The Idol (2023) Limited Series Review F

There is a scene in the 1939 Twentieth Century Fox movie Second Fiddle” where Ice Queen Sonja Henie is practicing the exaggerated expressions of silent film acting in front of a mirror. The moment’s presumably unintentional dichotomy immediately strikes us: the inability of the world’s most outstanding professional and amateur skater – most of her Olympic and World Records still stand – to invest any of the characters she played under her contract with Darryl Zanuck with the slightest bit of motivation or charm. I got this Sonja flashback as I watched the opening scene of the much-ballyhooed “The Idol” on Max (we have lost the HBO, and the change in moniker seems so apropos for this piece of overhyped trash) in which our heroine Jocelyn (Lily-Rose Depp), an up-and-coming pop idol, is asked to go through the gamut of emotions from sexy girly pose A to sexy girly pose B during a photo shoot.

The Idol

The similarities, however, end there. While Henie’s films were no masterpieces, they were usually pleasant enough, bolstered by some of Fox’s A-listers, such as Tyrone Power and Don Ameche, and a cherished supporting player like Edna May Oliver. Apart from Depp, a natural actress who unleashes her talent around the series’ Hollywood Hills locations like rose petals in the Santa Anna Winds (her dad is Johnny Depp, and her mom is Vanessa Paradis), “The Idol’s” five episodes proceed downhill at an astonishing pace and into a sea of mediocrity.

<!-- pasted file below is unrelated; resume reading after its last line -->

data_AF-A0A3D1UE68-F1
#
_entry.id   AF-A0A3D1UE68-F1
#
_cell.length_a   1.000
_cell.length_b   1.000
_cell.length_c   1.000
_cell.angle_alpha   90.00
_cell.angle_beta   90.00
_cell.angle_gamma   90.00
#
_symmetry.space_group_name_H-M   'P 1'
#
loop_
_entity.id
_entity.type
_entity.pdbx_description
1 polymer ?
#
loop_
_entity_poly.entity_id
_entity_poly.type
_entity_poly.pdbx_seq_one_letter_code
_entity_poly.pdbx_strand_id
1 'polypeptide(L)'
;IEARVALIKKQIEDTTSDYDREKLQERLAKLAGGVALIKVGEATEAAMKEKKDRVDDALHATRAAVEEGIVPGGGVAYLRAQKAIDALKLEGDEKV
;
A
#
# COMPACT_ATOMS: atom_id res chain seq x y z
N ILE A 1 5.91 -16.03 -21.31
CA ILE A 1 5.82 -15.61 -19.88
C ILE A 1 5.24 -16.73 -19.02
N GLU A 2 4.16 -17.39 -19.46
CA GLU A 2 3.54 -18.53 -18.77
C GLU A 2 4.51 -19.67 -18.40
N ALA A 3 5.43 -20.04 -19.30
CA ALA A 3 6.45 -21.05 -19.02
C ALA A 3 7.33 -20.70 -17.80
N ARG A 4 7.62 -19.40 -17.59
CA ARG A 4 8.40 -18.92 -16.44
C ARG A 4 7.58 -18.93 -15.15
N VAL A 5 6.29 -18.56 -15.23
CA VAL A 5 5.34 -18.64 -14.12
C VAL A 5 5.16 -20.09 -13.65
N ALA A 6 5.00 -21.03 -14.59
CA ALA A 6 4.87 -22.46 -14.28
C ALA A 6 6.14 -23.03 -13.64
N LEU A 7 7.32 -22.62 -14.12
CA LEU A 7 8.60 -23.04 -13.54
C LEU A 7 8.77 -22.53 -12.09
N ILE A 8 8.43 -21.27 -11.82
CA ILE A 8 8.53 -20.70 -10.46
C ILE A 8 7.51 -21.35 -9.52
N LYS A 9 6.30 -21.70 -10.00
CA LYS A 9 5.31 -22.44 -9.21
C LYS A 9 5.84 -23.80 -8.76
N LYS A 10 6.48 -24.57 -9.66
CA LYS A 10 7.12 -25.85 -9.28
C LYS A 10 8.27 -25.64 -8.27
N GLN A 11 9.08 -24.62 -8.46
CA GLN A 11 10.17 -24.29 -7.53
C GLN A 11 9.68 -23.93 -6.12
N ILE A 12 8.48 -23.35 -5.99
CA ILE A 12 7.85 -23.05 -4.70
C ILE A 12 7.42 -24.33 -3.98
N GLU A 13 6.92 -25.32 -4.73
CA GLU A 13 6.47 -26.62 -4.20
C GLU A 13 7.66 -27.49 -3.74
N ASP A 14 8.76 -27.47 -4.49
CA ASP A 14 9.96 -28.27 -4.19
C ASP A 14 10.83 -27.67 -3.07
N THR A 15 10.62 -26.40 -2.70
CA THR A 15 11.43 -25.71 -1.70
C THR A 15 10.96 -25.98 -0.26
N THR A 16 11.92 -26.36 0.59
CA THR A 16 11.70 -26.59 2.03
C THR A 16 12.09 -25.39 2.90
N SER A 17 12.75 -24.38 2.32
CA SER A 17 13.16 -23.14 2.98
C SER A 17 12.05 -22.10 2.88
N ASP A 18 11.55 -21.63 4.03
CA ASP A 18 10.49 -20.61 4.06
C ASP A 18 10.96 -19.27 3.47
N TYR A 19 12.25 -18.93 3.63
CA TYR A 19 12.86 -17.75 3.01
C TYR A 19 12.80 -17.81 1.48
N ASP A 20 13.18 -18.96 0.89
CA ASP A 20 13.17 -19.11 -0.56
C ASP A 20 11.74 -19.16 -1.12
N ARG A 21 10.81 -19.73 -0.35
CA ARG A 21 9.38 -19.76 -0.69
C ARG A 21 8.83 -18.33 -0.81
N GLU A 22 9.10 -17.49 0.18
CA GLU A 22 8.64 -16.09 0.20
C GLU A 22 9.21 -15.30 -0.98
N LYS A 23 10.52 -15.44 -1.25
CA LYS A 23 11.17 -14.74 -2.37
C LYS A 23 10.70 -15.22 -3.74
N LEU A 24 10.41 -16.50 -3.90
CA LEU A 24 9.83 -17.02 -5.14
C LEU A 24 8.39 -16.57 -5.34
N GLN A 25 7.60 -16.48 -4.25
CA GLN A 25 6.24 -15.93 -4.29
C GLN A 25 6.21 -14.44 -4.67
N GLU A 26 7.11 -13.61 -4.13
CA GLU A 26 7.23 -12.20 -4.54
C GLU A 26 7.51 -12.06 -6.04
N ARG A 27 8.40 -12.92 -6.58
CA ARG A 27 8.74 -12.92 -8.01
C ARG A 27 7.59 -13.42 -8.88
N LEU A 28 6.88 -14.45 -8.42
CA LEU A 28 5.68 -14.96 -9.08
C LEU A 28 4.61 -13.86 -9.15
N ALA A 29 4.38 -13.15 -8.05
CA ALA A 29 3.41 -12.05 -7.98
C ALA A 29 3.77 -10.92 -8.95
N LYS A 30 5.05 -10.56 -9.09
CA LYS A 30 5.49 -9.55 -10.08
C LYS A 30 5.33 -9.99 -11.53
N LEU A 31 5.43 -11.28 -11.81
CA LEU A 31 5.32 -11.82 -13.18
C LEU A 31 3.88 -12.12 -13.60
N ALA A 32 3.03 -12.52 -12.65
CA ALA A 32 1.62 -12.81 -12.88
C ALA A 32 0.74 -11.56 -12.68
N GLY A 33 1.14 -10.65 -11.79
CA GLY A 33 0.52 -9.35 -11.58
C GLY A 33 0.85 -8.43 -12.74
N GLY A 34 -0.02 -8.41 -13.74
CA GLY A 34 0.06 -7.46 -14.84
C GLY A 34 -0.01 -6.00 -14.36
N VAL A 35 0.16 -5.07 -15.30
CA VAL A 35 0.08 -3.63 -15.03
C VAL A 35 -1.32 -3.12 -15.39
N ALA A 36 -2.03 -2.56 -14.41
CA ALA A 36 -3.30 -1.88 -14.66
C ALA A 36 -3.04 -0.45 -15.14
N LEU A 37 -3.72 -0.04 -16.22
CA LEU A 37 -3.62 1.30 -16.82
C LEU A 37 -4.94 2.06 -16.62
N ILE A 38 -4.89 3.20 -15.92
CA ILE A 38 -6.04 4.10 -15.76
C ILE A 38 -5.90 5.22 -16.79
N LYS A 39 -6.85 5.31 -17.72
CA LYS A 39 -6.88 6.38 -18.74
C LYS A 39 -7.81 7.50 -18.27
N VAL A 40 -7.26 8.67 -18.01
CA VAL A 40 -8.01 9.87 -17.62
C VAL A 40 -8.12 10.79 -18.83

Created by Sam Levinson (“Euphoria”) and Abel “The Weekend” Tesfaye, the series follows Jocelyn’s sleazy adventures in Hollywoodland with minimal clothing. Levinson, who did good work with Zendaya in “Malcolm and Marie,” is at sea here, unable to connect with Jocelyn’s character on any level, especially when she has anything to say about her music. Jocelyn is more akin to the Stevie Nicks – influenced Daisy of “Daisy and the Six” than she is to a teenage Brittany or Christina. However, Levinson’ never seems to realize this.

The Idol

Jocelyn’s posse is a dull bunch—lots of yes people and toadies who are utterly disposable. As a result, the supporting cast, which includes such talents as Rachel Sennott and Jane Adams, is mostly wasted. As for The Weekend, who plays Jocelyn’s Svengali/lover, he’s not flat-out dreadful. There is a glimmer of screen presence here and there. However, his participation in “The Idol” will do him no favors.


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